Build your own smart Wi-Fi button for 9€
For my OpenHab smarthome setup in my room I needed some physical switches to avoid to always need to unlock my phone, start the app, wait until its connected and finally turn on the lights. I use OpenHAB because I have a mixed setup with a lot of Philips Hue bulbs and also some DIY lightstrips which are connected via a ESP8266 and receive their commands via MQTT from my broker. Thus I can't simply use Philips Hue switches. Of course it is possible to grab the state of these switches via OpenHab but in my view these switches are to expensive just because it is just a switch. Other commercial Wi-Fi smart buttons cost nearly the same or more (40€+).
Finally I decided to build my own Wi-Fi buttons with ESP8266...
Inspired by an article in the c't magazine (2017-02) and this project I planned my own buttons. But there was one big problem regarding all these “push light” projects: The used push lights are one of the most poor quality products I ever seen. They look shitty, especially when you ordered silver buttons like me. I re-painted them to white to have a better “smart devices” look and feel. To sum up, it was really a pain in the ass, the plastic was fragile as fuck and the final re-painted button looked still shitty.
I need better quality
So, I needed better products, so I ordered some better buttons from Sycees on Amazon. These buttons costs more (around 14€ for 3 pieces) but have a reasonable quality and look really cool:
Build the button
There is one big difference between the “push light” buttons and the new buttons: They have no physical switch to reset the ESP8266 after deep sleep. The circuit uses capacitive sensing to detect a “push”. Because the used touch IC on the board was designed only to control/dimm LEDs and not suitable for me to have a pulled up switch that goes down if you touch the capacitive area. Thus I ordered a bunch of TTP223 based mini touch boards on Ebay. Be sure you order a board that allows to change the output mode: We need the “active low output” mode (TOG=0 and AHLB=1) that means the output is pulled up until we touch the capacitive area (see the datasheet on page 4). Furthermore I removed the on-board LED to avoid a red light when pushing.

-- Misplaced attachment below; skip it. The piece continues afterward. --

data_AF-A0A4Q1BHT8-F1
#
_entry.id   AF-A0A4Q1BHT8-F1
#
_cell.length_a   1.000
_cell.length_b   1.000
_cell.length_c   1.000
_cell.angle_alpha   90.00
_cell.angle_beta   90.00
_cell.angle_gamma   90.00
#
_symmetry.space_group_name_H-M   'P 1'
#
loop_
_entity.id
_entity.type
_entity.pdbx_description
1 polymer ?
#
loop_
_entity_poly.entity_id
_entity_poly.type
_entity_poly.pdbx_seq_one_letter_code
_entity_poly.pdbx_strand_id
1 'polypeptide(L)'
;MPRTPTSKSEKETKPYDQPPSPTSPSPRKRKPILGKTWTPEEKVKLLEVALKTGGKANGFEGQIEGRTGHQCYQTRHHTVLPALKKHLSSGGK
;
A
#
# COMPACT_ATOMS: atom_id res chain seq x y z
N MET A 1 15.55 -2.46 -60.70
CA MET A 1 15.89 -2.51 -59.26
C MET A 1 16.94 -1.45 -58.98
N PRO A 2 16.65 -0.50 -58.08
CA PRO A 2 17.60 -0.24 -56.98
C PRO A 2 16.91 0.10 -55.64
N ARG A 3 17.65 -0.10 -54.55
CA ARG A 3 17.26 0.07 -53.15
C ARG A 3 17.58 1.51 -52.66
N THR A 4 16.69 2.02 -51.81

I also removed the on-board LED on the ESP01 board to save energy:
2) Remove circuitry of Sycees buttons
3) Bypass one battery
We need to add a short wire to bypass the third battery:
Warning: Never put a battery in this slot afterwards to avoid short it!
4) Install the step-up converter
Because the voltage of two rechargeable batteries is 2,4V that is not enough for a ESP8266, we need a step-up converter, that converts the voltage to 3,3V. I used the converter U1V11F3 from Pololu that has a good quality and works with currents up to 1,2A that is more than enough for a ESP8266.
5) Solder the LED
For the status, I used a low-power green LED with suitable resistor:
I cut the round top side of the LED with a saw to have a plane surface to glue it easier.
6) Basic setup for ESP01
I needed to add the common ESP01 minimal setup pull-up/down resistors. I used to normal wired 10kOhm resistors and one small SMD 10kOhm resistor to avoid too many wires.
7) Connect all components
8) Flash the firmware
Now I flashed the firmware to the ESP01. It is a bit annoying to connect the IO-0 port to ground when power up the ESP01 to let it start in boot mode instead of running the firmware. But this is just a first world problem ;-)
9) Glue the LED and the touch board
Finally we glue the LED and the touch board to the top of the button case. I used hot glue and positioned the LED exactly under the power symbol of the Sycees button.
And we are done
After these steps we are finally done and can test our button:
The firmware is available on Github.
Have fun with it :)